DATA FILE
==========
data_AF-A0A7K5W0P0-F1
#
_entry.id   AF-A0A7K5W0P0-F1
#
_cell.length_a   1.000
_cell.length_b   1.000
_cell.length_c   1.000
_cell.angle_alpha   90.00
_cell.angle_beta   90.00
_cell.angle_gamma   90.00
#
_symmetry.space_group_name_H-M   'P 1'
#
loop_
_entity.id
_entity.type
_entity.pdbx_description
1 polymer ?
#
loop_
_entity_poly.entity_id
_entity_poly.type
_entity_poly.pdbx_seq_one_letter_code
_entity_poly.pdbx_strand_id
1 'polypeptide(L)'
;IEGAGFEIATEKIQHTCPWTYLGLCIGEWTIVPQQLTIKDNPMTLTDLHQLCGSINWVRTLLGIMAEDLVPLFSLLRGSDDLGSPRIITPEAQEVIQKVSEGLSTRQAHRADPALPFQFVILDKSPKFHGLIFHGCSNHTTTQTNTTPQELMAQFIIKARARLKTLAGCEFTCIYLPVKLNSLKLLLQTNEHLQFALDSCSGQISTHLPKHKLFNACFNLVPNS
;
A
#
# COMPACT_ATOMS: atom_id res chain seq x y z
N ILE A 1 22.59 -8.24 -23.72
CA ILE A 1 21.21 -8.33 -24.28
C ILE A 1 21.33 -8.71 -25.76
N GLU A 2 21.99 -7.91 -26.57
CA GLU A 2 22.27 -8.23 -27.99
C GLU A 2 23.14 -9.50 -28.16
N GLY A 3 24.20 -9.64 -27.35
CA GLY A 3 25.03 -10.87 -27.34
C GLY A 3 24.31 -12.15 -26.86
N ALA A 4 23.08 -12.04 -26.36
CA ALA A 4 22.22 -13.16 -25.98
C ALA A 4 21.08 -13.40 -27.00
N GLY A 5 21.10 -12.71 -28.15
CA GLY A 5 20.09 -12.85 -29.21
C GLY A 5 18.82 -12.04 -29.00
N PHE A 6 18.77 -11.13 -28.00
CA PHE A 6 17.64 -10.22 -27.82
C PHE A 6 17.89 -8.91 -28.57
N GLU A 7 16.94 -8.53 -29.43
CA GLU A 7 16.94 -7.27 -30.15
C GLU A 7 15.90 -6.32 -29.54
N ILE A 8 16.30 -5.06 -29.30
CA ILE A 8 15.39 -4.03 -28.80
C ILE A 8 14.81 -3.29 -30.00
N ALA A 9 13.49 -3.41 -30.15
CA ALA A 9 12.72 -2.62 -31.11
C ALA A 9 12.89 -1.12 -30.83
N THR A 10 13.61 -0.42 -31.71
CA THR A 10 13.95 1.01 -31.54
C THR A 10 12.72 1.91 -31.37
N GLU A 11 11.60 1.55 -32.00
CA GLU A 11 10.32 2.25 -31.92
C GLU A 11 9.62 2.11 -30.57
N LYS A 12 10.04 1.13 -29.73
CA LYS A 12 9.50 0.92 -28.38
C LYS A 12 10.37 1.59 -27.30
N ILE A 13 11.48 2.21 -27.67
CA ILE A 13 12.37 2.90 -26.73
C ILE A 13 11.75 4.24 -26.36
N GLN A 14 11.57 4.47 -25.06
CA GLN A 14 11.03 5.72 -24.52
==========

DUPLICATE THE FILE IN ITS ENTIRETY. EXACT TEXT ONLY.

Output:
data_AF-A0A7K5W0P0-F1
#
_entry.id   AF-A0A7K5W0P0-F1
#
_cell.length_a   1.000
_cell.length_b   1.000
_cell.length_c   1.000
_cell.angle_alpha   90.00
_cell.angle_beta   90.00
_cell.angle_gamma   90.00
#
_symmetry.space_group_name_H-M   'P 1'
#
loop_
_entity.id
_entity.type
_entity.pdbx_description
1 polymer ?
#
loop_
_entity_poly.entity_id
_entity_poly.type
_entity_poly.pdbx_seq_one_letter_code
_entity_poly.pdbx_strand_id
1 'polypeptide(L)'
;IEGAGFEIATEKIQHTCPWTYLGLCIGEWTIVPQQLTIKDNPMTLTDLHQLCGSINWVRTLLGIMAEDLVPLFSLLRGSDDLGSPRIITPEAQEVIQKVSEGLSTRQAHRADPALPFQFVILDKSPKFHGLIFHGCSNHTTTQTNTTPQELMAQFIIKARARLKTLAGCEFTCIYLPVKLNSLKLLLQTNEHLQFALDSCSGQISTHLPKHKLFNACFNLVPNS
;
A
#
# COMPACT_ATOMS: atom_id res chain seq x y z
N ILE A 1 22.59 -8.24 -23.72
CA ILE A 1 21.21 -8.33 -24.28
C ILE A 1 21.33 -8.71 -25.76
N GLU A 2 21.99 -7.91 -26.57
CA GLU A 2 22.27 -8.23 -27.99
C GLU A 2 23.14 -9.50 -28.16
N GLY A 3 24.20 -9.64 -27.35
CA GLY A 3 25.03 -10.87 -27.34
C GLY A 3 24.31 -12.15 -26.86
N ALA A 4 23.08 -12.04 -26.36
CA ALA A 4 22.22 -13.16 -25.98
C ALA A 4 21.08 -13.40 -27.00
N GLY A 5 21.10 -12.71 -28.15
CA GLY A 5 20.09 -12.85 -29.21
C GLY A 5 18.82 -12.04 -29.00
N PHE A 6 18.77 -11.13 -28.00
CA PHE A 6 17.64 -10.22 -27.82
C PHE A 6 17.89 -8.91 -28.57
N GLU A 7 16.94 -8.53 -29.43
CA GLU A 7 16.94 -7.27 -30.15
C GLU A 7 15.90 -6.32 -29.54
N ILE A 8 16.30 -5.06 -29.30
CA ILE A 8 15.39 -4.03 -28.80
C ILE A 8 14.81 -3.29 -30.00
N ALA A 9 13.49 -3.41 -30.15
CA ALA A 9 12.72 -2.62 -31.11
C ALA A 9 12.89 -1.12 -30.83
N THR A 10 13.61 -0.42 -31.71
CA THR A 10 13.95 1.01 -31.54
C THR A 10 12.72 1.91 -31.37
N GLU A 11 11.60 1.55 -32.00
CA GLU A 11 10.32 2.25 -31.92
C GLU A 11 9.62 2.11 -30.57
N LYS A 12 10.04 1.13 -29.73
CA LYS A 12 9.50 0.92 -28.38
C LYS A 12 10.37 1.59 -27.30
N ILE A 13 11.48 2.21 -27.67
CA ILE A 13 12.37 2.90 -26.73
C ILE A 13 11.75 4.24 -26.36
N GLN A 14 11.57 4.47 -25.06
CA GLN A 14 11.03 5.72 -24.52